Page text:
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Paul Ryan: The GOP Plan to Balance the Budget by 2023


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The goal can be reached, with no new taxes, while increasing spending 3.4% annually instead of the current 5%.

Paul Ryan



America's national debt is over $16 trillion. Yet Washington can't figure out how to cut $85 billion—or just 2% of the federal budget—without resorting to arbitrary, across-the-board cuts. Clearly, the budget process is broken. In four of the past five years, the president has missed his budget deadline. Senate Democrats haven't passed a budget in over 1,400 days. By refusing to tackle the drivers of the nation's debt—or simply to write a budget—Washington lurches from crisis to crisis.


House Republicans have a plan to change course. On Tuesday, we're introducing a budget that balances in 10 years—without raising taxes. How do we do it? We stop spending money the government doesn't have. Historically, Americans have paid a little less than one-fifth of their income in taxes to the federal government each year. But the government has spent more.


So our budget matches spending with income. Under our proposal, the government spends no more than it collects in revenue—or 19.1% of gross domestic product each year. As a result, we'll spend $4.6 trillion less over the next decade.




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Unleash Paul Ryan!

James Pethokoukis

March 12, 2013


Paul Ryan isn’t a backbencher, he’s chairman of the House Budget Committee. As such, the budget plan he released today is a document of politics, a document of compromise. Yes, the updated “Path to Prosperity” contains the core elements of Ryanomics — tax reform, premium-support Medicare, Medicaid block granting, patient-driven health care. On these rocks, Ryan has smartly built the GOP economic agenda.


But since Ryan’s PTP also serves as the fiscal 2014 budget resolution for House Republicans, the blueprint is far from ideal:


1. If the GOP’s Medicare reform plan is such a good idea (and budget deficits are such a problem), it should be implemented before 2024. Ryan knows this, surely.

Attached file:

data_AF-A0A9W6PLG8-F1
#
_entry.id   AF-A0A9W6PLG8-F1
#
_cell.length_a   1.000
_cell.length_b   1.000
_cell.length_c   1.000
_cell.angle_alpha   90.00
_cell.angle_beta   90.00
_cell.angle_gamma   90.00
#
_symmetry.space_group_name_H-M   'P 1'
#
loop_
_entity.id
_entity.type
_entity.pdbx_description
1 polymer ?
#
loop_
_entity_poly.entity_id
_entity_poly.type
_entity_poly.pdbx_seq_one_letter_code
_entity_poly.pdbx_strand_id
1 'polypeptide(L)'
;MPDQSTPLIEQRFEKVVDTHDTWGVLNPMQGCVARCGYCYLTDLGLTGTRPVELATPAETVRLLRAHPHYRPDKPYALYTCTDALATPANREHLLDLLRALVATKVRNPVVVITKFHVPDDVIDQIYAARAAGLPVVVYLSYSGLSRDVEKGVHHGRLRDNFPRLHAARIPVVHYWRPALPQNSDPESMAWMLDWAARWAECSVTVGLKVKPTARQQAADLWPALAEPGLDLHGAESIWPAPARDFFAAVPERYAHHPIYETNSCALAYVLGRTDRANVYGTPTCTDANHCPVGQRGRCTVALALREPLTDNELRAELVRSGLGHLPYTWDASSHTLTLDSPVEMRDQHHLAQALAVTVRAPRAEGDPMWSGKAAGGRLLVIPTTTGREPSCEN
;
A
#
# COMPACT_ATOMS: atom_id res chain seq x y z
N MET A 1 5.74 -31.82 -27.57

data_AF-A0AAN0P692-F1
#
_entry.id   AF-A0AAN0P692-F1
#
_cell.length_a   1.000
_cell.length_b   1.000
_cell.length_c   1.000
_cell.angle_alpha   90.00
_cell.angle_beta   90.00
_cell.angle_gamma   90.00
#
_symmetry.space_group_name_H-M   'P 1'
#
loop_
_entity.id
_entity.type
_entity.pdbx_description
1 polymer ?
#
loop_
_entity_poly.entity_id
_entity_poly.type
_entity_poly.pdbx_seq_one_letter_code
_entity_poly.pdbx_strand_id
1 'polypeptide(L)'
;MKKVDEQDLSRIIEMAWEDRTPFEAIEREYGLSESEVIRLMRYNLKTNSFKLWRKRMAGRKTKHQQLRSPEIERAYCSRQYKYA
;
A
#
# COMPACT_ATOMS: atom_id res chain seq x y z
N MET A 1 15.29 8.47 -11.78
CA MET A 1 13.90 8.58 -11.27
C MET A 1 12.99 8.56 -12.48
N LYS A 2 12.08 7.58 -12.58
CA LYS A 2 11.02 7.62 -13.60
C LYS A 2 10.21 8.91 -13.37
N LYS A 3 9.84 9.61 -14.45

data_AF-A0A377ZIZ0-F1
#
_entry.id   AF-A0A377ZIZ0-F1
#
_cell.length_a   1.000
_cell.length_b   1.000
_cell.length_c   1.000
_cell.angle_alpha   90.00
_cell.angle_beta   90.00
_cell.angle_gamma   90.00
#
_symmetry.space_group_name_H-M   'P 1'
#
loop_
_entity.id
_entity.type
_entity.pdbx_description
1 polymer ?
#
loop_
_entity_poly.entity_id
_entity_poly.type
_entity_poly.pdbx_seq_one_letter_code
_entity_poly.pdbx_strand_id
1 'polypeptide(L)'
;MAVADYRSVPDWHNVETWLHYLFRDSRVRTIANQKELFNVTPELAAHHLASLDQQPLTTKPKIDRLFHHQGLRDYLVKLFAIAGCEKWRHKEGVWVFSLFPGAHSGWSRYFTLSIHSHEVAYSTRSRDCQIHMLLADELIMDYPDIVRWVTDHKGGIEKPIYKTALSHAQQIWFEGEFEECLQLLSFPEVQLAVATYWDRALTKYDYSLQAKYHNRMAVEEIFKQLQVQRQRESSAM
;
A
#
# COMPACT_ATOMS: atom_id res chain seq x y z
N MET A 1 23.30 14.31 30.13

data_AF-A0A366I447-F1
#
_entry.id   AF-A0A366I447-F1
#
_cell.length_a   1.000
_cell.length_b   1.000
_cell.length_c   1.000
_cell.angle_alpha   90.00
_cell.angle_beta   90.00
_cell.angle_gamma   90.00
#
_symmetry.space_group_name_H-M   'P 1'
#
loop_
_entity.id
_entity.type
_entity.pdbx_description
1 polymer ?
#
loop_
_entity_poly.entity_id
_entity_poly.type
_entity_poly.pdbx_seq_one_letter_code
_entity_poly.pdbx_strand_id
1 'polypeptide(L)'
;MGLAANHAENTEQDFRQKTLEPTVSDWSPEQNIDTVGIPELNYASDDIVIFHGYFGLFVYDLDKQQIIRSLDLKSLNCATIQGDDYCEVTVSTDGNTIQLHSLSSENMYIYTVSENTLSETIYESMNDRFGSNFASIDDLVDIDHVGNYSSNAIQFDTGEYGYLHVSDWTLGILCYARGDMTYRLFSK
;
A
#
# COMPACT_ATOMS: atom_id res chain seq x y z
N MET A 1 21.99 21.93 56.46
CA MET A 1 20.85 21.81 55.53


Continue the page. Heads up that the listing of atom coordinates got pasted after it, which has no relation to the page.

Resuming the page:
2. There’s no Social Security reform plan.


3. The plan repeals Obamacare, which is highly unlikely. Better to have shown how the ACA can be fixed.



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A Ryan Reboot

The budget will never balance without faster economic growth.



The political class seems to be scandalized that Paul Ryan had the cheek Tuesday to propose another reform budget. Doesn't the House Budget Chairman understand that the 2012 election settled every political question in President Obama's favor?


Er, no. The federal fisc is still a shambles—despite the tax increase on millionaires and billionaires that Mr. Obama said would solve everything and despite the modest sequester spending cuts he says are too painful to abide. Thus Mr. Ryan's proposal for fiscal 2014 is still an important document, even if it has no chance of becoming law this year, because it reaches for that elusive thing in Washington—realistic solutions to the country's problems.


As a guide to how Republicans would govern, the third iteration of the Ryan budget blueprint would increase annual spending by 3.4% over the next 10 years, down from the roughly 5% rate under the current Obama autopilot. Government would gradually fall to 19.1% of GDP by 2023 from 23.3% this year, and average 19.5% over the decade—a notch or two below historic postwar spending levels. This is not a return to the era of Calvin Coolidge.


The major difference with Mr. Ryan's previous two budget documents is that this would balance the budget faster, inside of 10 years instead of decades. The government would even run a mini-surplus of $7 billion in 2023. This change is in part a concession to Mr. Ryan's critics on the right, who view a balanced budget as a political totem.



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